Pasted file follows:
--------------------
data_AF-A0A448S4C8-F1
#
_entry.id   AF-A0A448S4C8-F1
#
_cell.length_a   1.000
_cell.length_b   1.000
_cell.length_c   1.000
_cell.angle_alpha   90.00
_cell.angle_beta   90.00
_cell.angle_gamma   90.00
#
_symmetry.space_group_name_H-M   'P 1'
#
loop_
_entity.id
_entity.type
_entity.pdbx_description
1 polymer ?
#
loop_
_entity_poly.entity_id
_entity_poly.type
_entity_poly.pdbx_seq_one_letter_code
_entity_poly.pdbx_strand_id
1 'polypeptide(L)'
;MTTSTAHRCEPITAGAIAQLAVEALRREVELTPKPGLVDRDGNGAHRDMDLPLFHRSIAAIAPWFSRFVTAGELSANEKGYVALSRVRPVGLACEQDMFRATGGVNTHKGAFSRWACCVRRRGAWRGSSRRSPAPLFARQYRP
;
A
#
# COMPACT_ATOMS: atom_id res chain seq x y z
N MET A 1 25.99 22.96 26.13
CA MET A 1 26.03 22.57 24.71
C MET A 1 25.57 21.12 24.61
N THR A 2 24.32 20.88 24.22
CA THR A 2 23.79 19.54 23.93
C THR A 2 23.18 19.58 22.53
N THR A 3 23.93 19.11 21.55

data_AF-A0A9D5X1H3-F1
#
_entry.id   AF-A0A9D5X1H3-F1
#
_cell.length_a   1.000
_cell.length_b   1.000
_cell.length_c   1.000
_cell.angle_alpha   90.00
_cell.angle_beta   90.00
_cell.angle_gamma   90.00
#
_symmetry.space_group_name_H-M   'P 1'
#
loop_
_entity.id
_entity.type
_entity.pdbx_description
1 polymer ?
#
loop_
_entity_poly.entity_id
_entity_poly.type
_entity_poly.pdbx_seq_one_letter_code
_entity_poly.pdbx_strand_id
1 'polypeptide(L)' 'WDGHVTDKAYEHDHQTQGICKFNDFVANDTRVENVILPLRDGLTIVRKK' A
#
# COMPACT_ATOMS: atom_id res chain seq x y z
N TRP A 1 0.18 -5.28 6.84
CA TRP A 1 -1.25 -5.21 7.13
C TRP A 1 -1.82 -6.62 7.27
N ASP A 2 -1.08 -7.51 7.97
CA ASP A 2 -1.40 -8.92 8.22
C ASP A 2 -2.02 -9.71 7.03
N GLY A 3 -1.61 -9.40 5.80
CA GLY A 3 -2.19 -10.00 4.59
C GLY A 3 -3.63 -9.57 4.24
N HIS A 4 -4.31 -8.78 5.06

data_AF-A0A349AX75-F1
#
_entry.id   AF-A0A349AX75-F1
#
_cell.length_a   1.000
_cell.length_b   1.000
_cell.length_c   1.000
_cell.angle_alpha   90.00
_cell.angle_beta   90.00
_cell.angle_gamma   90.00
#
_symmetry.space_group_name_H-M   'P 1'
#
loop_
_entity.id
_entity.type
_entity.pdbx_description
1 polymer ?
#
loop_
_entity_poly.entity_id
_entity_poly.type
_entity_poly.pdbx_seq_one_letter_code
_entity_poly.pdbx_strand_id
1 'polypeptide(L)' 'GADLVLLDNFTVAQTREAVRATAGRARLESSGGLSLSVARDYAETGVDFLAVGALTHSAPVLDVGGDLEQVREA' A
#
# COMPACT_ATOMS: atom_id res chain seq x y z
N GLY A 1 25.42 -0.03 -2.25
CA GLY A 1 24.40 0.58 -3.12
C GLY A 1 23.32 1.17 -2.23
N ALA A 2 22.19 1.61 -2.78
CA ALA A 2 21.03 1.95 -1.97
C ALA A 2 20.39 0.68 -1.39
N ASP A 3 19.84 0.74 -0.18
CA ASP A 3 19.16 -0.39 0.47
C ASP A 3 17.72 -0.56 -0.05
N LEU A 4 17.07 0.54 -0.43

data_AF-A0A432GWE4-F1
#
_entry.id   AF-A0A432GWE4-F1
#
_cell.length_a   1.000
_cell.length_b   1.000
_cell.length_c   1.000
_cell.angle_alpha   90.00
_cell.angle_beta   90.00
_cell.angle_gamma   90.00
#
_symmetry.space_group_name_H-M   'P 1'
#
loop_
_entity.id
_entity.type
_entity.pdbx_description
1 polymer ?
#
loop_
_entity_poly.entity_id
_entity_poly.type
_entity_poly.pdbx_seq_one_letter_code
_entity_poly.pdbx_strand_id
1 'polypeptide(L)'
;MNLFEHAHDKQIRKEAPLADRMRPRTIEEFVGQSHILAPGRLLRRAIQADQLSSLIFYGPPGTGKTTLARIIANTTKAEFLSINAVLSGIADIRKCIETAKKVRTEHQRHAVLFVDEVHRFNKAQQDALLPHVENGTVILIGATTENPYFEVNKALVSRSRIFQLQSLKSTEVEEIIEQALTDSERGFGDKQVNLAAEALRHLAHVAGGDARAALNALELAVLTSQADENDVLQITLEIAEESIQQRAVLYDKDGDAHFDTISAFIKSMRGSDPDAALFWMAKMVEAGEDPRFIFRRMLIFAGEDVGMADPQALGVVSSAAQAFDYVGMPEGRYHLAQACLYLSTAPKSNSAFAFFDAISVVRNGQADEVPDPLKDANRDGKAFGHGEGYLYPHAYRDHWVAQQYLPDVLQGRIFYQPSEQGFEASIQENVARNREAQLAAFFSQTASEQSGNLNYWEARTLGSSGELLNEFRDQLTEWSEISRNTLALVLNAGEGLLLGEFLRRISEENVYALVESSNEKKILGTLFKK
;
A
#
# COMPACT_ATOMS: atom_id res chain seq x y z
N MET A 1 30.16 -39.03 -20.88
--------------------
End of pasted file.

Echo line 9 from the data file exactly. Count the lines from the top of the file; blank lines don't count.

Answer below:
_cell.angle_beta   90.00